“Until we have a better understanding of how and to whom the Delta variant spreads, everyone should focus on maximum protection with minimal disruption to the routine, as all businesses operate without other restrictions, like physical distancing. and capacity limits, ”the department wrote in a press release.

Fauci, like Walensky, urged the decision to be made locally “if they feel that the level of spread of the Delta variant is really deep in their particular region,” he said.

People can also think about their individual comfort level, especially if they are elderly or immunocompromised, which can reduce the effectiveness of vaccines and increase the risk of COVID-19, he added.

If the data changes, the CDC will update its guidelines, Fauci said.

“We know from good studies that the Delta variant is protected by the vaccines that are basically used here. And that is why the CDC believes at this point that they should not change their recommendation,” he said. -he declares.

“But for now, the recommendation remains the same. These are very, very effective vaccines. So if there was ever a bugle call as to why we should get the vaccine, that’s the threat of the Delta variant. , because if you are not vaccinated you are clearly at risk of a problematic virus that spreads faster, “he added.

The nationwide vaccination rate fell 20% last week. Currently, about 66% of all American adults over 18 have received an injection and that rises to 88% for people over 65.

The states with the lowest vaccination rates are Mississippi, Louisiana, Wyoming and Alabama, where 50% or less of adults have received an injection of the vaccine, about 15% less than the country as a whole.

That said, Walensky was still in favor of an Independence Day celebration weekend, which she said was well deserved after 16 months of fear and pain.

“I think we have a lot of reasons to be thankful for July 4th,” she said.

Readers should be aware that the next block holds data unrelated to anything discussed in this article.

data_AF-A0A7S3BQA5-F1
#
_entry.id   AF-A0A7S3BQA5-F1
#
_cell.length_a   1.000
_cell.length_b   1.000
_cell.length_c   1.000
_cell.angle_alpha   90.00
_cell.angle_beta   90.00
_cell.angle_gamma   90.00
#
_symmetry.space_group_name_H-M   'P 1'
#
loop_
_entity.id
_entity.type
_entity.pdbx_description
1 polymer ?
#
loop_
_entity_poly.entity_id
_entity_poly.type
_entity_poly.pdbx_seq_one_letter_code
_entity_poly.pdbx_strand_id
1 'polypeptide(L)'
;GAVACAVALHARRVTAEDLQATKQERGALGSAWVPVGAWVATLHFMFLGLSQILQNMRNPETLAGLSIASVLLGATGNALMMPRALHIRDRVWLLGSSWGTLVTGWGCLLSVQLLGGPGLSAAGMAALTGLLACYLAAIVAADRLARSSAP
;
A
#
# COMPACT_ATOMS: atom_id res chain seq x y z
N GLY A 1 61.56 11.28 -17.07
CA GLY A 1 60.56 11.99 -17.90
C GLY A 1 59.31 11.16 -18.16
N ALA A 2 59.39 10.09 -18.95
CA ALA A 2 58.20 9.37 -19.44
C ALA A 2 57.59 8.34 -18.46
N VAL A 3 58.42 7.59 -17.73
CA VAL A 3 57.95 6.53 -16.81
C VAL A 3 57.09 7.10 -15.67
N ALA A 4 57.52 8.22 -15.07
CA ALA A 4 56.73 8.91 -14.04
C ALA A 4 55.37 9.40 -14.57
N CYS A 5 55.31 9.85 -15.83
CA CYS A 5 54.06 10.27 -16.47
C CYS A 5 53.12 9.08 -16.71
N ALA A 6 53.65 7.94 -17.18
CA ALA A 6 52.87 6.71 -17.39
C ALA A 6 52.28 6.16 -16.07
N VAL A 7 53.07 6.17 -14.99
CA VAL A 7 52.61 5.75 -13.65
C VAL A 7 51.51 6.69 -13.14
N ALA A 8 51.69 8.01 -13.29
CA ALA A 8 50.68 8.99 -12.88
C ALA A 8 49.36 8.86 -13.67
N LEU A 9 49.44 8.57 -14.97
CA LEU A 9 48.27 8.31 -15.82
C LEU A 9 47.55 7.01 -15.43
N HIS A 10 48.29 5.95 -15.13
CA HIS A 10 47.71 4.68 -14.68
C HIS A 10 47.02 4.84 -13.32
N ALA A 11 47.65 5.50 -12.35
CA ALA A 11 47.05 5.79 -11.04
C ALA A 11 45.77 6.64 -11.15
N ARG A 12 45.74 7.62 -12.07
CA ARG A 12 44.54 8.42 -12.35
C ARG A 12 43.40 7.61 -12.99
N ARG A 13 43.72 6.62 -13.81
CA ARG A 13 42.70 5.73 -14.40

“People who have been vaccinated can take off their masks and celebrate July 4th and feel safe, see each other and smile again. And then we will have to continue the hard work we are doing to get people vaccinated,” she said. .

Where exactly is the Delta variant spreading in the United States?

Unfortunately, it’s everywhere. The Delta variant was found in all 50 states on Wednesday. Some places have more cases than others – and the reason is very clear: low vaccination rates.

As of June 19, the highly transmissible variant accounted for 26.1% of new cases, up from about 3% of new cases just over a month ago.

But in parts of the country making up most of the West and Midwest, the proportion of Delta variant cases is estimated to be twice as high, to more than 50% of cases, according to a CDC estimate. These regions include Iowa, Kansas, Missouri, Nebraska, Colorado, Montana, North Dakota, South Dakota, Utah, and Wyoming.

All of these states have less than 50% of their total population fully immunized, with the exception of Colorado, which recently passed the midpoint.

Dr Ashish Jha, dean of the School of Public Health at Brown University, told the New York Times that he would be more careful if he was in some of those states with low vaccination rates, although that they are fully vaccinated.

“I wouldn’t be happy to go inside without wearing a mask – even if I’m vaccinated,” he told The Times.

Jha, like many in the public health arena, used the looming threat of the Delta variant to come up with the fastest solution: vaccines for everyone who qualifies.

“Vaccines are an issue and I continue to be concerned about the number of people who are reluctant to get vaccinated when it is so much safer to get vaccinated now than not,” he told CNN. .

Arielle Mitropoulos and Sony Salzman of ABC News contributed to this report.